In "Murder By Death" Neil Simon presumed to get fresh with several noted fictional detectives. His most amusing target was a hard-boiled dick called Sam Diamond, splendidly impersonated by Peter Falk, whose ridiculous macho masquerade obviously concealed severe sexual and social anxieties.

Simon, Falk, director Robert Moore and several other key collaborators on "Murder By Death" have reunited for "The Cheap Detective," a comparably silly, inconsistent entertainment which opens as a spoof of "The Maltese Falcon," interweaves "Casablanca" and spices the result with parodistic bits from "To Have and Have Not," "The Big Sleep" and even "Chinatown."

Falk stars as another private eye, called Lou Peckinpaugh, a mellower hard-boiled loser.

The setting in movie-studio San Francisco in an equally rheotrical 1939, when America, that Slumbering Giant, has yet to awaken to the Gathering War Clouds in Europe, although the Gestapo seems to have opened branch offices in outposts like Cincinnati. A slick credit sequence paves the way for a fast, delightful getaway, as flatfeet Vic Tayback and Abe Vigoda discover a hotel littered with murder victims, all smiling goofily with bullet holes in their skulls.

On of the victims is the partner of shamus Peckinpaugh, who enters to answer his phone with one hand and cautiously hold a gun on the mouth-piece with the other. You can't be too careful in his profession. Before long peckinpaugh is trying to con the cops, brush off his dead partner's amorous widow (Marsha Mason recalling Gladys George), discover a mysterious objet d'art sought by two devious clients (Madeline Kahn and Dom DeLuise recalling Mary Astor and Peter Lorre), and rekindle a scorched romance with an idealistic bore (Louise Fletcher recalling Ingrid Bergman) who has landed in town with her Nazi-fighting husband (Fernando Lamas recalling Paul Henreid), a former Resistance leader seeking entry to Oakland.

"Murder By Death" spoofed the plot of Agatha Christie's "Ten Little Indians," but at the conclusion Simon's house-of-cards and-every-card-a-joker construction fell apart.

"The Cheap Detective" also ends on a flat note, but its most serious construction problem is a mid-passage sag that lasts for about 15 minutes. Precarious as the whole idea is, it stands up right through an enjoyable variation on the reunion and duelling national anthem scenes at Rick's in "Casablanca," with Nicol Williamson and Scatman Crothers turning up in merry form as the stand-ins for Conrad Veidt's Nazi and Dooley Wilson's Sam.

But when the scene shifts to Peckinpaugh's apartment, where Falk proceeds to amble between leading ladies posted in separate rooms, the movie grinds to a halt. Moore doesn't seem to be able to take up the slack (and take the curse off jokes that misfire) by imposing a snappy playing and editing thythm. This interlude demands the velocity of all those classic bedroom farce situations in which the hero must hide people under the bed and in the closet while frantically juggling assignations.

A subsequent episode with Ann-Margret as a vamp and Sid Casesar as her senile sugar daddy restores some of the lost gaiety and spontaneity, but not enough. You're reminded of how narrow the margin for error is in parody. There's a reason why the best Caesar or Carol Burnett film spoofs were quarter-hour distillatios or the best S.J. Perelman fantasies run only a few pages. If you allow the slightest amount of slack to accumulate in a parody, it's almost impossible to get it out.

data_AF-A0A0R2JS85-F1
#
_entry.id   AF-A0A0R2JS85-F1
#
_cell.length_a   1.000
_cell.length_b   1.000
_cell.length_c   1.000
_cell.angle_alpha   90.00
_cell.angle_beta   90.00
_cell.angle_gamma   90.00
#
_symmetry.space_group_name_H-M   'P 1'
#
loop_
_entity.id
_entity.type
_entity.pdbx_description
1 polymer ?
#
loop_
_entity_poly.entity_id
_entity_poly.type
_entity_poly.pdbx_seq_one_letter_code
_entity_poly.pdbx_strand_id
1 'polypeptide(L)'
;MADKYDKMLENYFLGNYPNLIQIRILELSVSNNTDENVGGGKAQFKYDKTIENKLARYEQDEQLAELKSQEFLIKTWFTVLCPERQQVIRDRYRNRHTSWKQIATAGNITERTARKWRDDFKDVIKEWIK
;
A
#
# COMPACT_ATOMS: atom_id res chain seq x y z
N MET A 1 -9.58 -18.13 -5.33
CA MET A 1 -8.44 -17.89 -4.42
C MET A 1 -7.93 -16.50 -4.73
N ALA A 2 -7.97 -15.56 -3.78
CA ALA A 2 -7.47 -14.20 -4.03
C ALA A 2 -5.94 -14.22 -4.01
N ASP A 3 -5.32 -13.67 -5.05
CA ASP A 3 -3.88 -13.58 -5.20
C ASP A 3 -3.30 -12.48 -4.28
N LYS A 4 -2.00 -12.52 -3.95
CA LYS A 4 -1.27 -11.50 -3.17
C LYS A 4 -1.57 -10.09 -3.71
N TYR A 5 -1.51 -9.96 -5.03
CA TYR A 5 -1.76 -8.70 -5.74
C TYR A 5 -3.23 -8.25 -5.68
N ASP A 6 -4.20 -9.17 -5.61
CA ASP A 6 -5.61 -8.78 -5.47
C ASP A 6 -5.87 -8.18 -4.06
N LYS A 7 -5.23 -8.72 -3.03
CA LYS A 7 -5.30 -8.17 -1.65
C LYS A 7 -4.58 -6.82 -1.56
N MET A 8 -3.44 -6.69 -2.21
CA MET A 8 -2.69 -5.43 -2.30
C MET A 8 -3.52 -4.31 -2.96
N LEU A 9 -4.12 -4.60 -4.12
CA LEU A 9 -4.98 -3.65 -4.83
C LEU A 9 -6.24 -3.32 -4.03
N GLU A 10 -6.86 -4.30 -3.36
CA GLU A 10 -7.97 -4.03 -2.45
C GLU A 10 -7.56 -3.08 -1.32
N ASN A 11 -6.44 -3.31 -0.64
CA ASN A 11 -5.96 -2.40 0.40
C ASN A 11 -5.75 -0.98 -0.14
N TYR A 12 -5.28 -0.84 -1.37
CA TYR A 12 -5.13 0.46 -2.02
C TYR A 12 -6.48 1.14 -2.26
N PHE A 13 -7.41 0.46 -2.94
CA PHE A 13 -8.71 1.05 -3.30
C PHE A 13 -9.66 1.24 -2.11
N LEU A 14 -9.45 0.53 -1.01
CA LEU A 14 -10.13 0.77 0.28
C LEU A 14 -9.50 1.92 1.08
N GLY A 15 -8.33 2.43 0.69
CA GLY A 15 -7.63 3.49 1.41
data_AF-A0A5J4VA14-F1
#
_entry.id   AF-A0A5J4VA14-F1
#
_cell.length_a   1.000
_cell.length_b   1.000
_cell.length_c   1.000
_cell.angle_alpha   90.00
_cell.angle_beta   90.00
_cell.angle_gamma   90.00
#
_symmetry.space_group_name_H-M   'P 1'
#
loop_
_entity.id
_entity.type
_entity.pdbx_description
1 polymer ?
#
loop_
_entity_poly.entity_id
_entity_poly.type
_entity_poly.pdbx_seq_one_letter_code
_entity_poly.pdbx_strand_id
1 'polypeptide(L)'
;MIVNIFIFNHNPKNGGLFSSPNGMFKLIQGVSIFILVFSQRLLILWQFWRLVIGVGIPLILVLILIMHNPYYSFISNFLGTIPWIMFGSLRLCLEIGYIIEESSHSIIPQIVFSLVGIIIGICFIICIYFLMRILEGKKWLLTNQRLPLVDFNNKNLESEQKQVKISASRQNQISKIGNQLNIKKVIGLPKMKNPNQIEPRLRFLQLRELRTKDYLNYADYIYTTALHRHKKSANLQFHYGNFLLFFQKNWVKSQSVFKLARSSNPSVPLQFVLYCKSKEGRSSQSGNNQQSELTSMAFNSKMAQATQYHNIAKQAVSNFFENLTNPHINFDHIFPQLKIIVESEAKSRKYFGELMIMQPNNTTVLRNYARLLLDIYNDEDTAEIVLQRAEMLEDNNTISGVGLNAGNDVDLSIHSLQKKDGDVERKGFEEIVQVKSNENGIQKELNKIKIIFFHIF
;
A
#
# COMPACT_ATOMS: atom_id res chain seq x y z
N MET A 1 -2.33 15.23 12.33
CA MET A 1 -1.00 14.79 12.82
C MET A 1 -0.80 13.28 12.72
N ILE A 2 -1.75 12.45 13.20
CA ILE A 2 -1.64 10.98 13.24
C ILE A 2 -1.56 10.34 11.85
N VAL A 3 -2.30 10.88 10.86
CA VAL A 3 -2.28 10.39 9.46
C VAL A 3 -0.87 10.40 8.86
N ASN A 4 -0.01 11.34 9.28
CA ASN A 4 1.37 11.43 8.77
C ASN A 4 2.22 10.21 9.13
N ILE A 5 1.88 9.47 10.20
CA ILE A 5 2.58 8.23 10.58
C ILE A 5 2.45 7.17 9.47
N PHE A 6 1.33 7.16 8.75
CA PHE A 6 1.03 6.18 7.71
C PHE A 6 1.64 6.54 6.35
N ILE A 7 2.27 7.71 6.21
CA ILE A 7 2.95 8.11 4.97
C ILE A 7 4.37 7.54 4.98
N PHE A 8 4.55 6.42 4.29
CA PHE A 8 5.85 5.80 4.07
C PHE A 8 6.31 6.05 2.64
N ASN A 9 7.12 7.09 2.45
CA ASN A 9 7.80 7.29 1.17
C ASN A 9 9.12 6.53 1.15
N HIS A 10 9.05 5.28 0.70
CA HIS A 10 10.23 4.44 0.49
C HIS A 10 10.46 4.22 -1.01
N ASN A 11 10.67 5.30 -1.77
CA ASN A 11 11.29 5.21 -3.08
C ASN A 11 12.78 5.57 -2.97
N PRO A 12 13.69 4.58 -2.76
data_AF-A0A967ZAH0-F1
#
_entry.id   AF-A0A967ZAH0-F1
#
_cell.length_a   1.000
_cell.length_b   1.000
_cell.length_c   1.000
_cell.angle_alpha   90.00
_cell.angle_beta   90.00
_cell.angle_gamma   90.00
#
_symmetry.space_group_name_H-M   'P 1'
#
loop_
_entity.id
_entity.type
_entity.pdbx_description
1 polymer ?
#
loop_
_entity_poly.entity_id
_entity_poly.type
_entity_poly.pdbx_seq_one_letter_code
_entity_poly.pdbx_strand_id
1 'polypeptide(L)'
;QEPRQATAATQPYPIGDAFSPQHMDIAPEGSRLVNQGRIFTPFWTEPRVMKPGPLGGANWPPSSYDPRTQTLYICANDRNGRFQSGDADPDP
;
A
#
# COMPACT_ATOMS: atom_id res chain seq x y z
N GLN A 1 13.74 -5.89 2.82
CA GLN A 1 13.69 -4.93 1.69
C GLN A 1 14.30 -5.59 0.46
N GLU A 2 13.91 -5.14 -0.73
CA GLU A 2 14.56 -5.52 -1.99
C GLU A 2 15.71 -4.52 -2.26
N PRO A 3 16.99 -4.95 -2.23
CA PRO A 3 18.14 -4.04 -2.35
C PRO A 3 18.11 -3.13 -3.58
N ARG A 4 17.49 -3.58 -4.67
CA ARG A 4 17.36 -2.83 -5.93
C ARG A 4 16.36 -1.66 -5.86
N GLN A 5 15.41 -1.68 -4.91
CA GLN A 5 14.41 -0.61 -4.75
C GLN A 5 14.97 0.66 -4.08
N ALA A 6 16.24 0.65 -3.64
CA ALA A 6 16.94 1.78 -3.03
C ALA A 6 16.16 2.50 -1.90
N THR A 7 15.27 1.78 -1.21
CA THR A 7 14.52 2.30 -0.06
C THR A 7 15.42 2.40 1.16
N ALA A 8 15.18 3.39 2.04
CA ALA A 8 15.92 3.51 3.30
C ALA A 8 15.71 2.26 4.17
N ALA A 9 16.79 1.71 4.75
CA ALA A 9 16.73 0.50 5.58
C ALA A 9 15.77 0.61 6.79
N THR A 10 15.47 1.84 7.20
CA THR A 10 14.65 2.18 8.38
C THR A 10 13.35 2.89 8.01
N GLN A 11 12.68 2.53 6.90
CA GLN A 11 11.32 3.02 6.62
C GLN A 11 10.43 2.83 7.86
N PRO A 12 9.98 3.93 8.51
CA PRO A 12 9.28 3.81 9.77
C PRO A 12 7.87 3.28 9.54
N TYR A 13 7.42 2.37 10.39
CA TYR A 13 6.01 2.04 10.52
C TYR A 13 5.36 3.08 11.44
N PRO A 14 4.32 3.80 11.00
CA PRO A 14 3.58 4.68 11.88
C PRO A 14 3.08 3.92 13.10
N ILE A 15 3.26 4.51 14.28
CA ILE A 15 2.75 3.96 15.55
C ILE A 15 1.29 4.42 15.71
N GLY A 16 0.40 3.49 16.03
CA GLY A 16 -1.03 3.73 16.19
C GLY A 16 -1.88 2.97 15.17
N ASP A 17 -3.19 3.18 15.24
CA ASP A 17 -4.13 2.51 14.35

One of the more agreeable aspects of "Murder By Death" and "The Cheap Detective" is their recruitment of large, entertaining casts for comic duty. I wish Carol Burnett had been recruited to substitute for Madeline Kahn in the Mary Astor role from "The Maltese Falcon." Something seems to be inhibiting Kahn, who has not been a lucky funny lady this year.

Louise Fletcher is rather pondereous, but perhaps excusably so given the stoogey personality of her character. Marsha Mason is surprisingly perky in a role that gives her no room for sentiment. Stockard Channing, perhaps the unluckiest of the leads in "Grease," looks miraculously fresh and eager here playing Peckinpaugh's loyal secretary, and the movie could use quite a bit more of the ingenuous expectancy she seems to be offering.

Eileen Brennan, so wonderful as Falk's masochistic Girl Friday in "Murder By Death," has less of opportunity as a role designed ti recall Bacall, but she's always expert and her vocalizing on "La Vie en Rose" is a droll highlight. Overripe and irresistible funny, Ann-Margret turns out to be a stimulating adornment, and Caesar demonstrates his genius anew by scoring with the msot economical of pantomine in a role that confines him to a wheelchair.

John Houseman proves a vigorous, underexploited resource in a Sydney Greenstreet impersonation. As the gunsel, Paul Williams makes nice work of a slapstick conceit: Falk orders Williams to slap himself silly, and he does, with ascending comic effect. James Coco was better used in "Murder By Death" as the Hercule Poirot type, but "The Cheap Detective" seems to have just the right proportion of Dom DeLuise.

"The Cheap Detective" is an uneven performance, but still a diverting, winning one.